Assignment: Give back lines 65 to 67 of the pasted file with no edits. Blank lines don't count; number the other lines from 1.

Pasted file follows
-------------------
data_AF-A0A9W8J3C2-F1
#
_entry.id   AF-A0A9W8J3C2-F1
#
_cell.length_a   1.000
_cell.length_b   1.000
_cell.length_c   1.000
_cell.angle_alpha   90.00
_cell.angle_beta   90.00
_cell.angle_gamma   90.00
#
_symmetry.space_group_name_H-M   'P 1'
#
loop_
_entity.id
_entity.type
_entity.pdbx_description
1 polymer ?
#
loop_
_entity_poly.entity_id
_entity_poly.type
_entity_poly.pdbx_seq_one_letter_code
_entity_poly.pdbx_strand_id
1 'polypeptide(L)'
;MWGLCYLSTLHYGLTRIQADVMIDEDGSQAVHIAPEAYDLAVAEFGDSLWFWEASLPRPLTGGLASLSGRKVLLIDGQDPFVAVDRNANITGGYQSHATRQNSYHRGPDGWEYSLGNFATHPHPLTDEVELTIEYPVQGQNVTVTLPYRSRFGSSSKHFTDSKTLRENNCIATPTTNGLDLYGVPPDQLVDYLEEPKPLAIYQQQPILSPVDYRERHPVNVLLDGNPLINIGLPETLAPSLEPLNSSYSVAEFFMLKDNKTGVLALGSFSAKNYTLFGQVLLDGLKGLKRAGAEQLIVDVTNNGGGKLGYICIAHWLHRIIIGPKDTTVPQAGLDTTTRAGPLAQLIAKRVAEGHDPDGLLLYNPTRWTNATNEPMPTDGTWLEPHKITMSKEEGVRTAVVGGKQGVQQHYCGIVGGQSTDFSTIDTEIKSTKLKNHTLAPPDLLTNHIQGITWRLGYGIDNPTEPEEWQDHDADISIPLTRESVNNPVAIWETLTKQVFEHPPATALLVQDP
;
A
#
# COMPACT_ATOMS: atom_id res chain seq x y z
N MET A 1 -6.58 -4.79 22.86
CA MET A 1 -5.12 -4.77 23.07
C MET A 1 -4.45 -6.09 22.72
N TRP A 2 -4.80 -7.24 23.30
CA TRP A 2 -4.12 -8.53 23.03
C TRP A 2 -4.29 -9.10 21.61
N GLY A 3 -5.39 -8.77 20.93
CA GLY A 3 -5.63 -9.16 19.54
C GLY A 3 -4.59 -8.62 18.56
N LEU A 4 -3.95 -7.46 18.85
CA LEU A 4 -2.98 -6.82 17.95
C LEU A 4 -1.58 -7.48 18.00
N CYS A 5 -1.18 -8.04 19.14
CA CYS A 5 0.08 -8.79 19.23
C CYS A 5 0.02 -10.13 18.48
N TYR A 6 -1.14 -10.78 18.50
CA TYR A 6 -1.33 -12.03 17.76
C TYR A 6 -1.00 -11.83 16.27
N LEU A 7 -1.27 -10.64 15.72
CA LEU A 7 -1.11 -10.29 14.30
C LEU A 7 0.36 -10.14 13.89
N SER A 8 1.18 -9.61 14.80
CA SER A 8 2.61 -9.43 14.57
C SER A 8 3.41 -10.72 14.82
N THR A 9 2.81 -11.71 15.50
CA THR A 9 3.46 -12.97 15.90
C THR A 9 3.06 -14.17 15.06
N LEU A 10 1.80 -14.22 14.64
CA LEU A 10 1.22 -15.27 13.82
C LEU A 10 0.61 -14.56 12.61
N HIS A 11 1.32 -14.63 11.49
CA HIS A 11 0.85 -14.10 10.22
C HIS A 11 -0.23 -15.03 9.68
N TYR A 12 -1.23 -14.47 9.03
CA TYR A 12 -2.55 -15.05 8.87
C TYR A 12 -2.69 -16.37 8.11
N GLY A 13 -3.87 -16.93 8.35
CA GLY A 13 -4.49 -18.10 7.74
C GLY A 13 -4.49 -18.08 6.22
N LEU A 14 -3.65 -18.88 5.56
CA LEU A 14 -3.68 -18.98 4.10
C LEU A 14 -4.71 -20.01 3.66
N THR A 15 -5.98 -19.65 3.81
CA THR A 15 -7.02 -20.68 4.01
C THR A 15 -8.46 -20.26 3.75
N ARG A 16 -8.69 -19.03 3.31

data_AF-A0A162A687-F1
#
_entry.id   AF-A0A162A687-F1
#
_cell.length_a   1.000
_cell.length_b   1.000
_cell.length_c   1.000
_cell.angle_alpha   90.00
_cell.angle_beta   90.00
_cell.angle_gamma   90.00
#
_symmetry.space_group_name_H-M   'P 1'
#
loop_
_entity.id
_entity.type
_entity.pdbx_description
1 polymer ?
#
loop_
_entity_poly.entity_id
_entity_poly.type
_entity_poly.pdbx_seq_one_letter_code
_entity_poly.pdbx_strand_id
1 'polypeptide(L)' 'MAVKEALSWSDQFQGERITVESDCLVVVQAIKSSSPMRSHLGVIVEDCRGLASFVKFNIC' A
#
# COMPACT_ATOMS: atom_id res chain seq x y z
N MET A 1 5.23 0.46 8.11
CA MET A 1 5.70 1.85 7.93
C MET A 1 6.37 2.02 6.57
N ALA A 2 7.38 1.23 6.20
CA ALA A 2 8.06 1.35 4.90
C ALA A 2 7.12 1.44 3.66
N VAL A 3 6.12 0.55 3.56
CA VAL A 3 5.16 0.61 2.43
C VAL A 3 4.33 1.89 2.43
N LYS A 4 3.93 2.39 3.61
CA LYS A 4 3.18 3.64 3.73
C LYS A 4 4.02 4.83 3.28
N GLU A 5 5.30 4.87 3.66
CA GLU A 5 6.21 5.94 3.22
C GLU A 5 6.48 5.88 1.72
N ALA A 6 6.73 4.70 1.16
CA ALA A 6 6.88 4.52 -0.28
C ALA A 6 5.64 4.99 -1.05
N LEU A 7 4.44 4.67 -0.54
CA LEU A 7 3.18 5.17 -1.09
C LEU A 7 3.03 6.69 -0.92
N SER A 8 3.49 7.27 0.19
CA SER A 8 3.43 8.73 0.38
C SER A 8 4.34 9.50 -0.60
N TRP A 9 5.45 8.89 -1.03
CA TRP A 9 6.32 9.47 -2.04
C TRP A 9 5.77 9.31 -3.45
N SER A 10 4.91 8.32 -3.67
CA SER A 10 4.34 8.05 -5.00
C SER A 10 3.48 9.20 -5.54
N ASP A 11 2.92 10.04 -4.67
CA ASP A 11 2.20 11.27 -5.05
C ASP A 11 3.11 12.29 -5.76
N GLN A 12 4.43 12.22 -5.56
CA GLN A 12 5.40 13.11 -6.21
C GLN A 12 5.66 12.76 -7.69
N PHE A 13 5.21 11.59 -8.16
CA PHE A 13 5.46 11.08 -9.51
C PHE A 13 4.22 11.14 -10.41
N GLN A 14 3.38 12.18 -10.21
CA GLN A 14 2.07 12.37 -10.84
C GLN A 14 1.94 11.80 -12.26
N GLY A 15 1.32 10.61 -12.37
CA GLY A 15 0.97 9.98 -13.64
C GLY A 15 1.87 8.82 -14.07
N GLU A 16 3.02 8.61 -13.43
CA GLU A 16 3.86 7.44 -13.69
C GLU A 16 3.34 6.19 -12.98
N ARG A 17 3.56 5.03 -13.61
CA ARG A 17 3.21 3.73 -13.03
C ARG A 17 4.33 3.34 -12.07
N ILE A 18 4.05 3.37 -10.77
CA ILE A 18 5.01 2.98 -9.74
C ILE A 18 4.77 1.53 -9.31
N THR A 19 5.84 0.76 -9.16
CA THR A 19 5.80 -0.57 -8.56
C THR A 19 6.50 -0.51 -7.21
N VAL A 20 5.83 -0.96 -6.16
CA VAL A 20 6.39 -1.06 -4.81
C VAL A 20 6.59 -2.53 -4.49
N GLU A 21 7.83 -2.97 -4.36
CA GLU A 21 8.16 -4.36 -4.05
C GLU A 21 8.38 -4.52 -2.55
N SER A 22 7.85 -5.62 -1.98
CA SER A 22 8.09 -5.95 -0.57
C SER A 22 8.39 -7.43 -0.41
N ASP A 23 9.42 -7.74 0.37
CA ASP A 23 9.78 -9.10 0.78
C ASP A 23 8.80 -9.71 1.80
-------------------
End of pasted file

CA TYR A 12 -2.55 -15.05 8.87
C TYR A 12 -2.69 -16.37 8.11
N GLY A 13 -3.87 -16.93 8.35